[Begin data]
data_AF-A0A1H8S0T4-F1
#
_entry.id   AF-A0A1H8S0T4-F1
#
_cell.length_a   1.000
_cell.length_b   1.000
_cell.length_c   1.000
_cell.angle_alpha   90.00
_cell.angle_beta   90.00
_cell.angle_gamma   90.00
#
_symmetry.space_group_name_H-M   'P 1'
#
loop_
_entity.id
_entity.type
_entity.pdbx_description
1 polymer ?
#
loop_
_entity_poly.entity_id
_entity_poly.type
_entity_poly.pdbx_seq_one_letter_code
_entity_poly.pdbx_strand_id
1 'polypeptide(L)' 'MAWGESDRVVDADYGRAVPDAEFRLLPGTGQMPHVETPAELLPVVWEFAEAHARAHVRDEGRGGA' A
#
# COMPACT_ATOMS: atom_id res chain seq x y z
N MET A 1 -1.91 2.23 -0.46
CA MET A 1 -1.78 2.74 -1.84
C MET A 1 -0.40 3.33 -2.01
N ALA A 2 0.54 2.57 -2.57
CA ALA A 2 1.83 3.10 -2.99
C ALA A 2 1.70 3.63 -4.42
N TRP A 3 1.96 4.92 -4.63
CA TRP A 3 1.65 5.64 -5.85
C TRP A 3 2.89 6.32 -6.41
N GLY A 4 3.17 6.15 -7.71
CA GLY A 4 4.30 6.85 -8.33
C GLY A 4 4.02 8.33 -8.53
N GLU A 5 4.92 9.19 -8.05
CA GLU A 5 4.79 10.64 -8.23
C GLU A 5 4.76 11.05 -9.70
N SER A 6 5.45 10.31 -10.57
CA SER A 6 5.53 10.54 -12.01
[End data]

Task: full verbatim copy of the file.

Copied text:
data_AF-A0A1H8S0T4-F1
#
_entry.id   AF-A0A1H8S0T4-F1
#
_cell.length_a   1.000
_cell.length_b   1.000
_cell.length_c   1.000
_cell.angle_alpha   90.00
_cell.angle_beta   90.00
_cell.angle_gamma   90.00
#
_symmetry.space_group_name_H-M   'P 1'
#
loop_
_entity.id
_entity.type
_entity.pdbx_description
1 polymer ?
#
loop_
_entity_poly.entity_id
_entity_poly.type
_entity_poly.pdbx_seq_one_letter_code
_entity_poly.pdbx_strand_id
1 'polypeptide(L)' 'MAWGESDRVVDADYGRAVPDAEFRLLPGTGQMPHVETPAELLPVVWEFAEAHARAHVRDEGRGGA' A
#
# COMPACT_ATOMS: atom_id res chain seq x y z
N MET A 1 -1.91 2.23 -0.46
CA MET A 1 -1.78 2.74 -1.84
C MET A 1 -0.40 3.33 -2.01
N ALA A 2 0.54 2.57 -2.57
CA ALA A 2 1.83 3.10 -2.99
C ALA A 2 1.70 3.63 -4.42
N TRP A 3 1.96 4.92 -4.63
CA TRP A 3 1.65 5.64 -5.85
C TRP A 3 2.89 6.32 -6.41
N GLY A 4 3.17 6.15 -7.71
CA GLY A 4 4.30 6.85 -8.33
C GLY A 4 4.02 8.33 -8.53
N GLU A 5 4.92 9.19 -8.05
CA GLU A 5 4.79 10.64 -8.23
C GLU A 5 4.76 11.05 -9.70
N SER A 6 5.45 10.31 -10.57
CA SER A 6 5.53 10.54 -12.01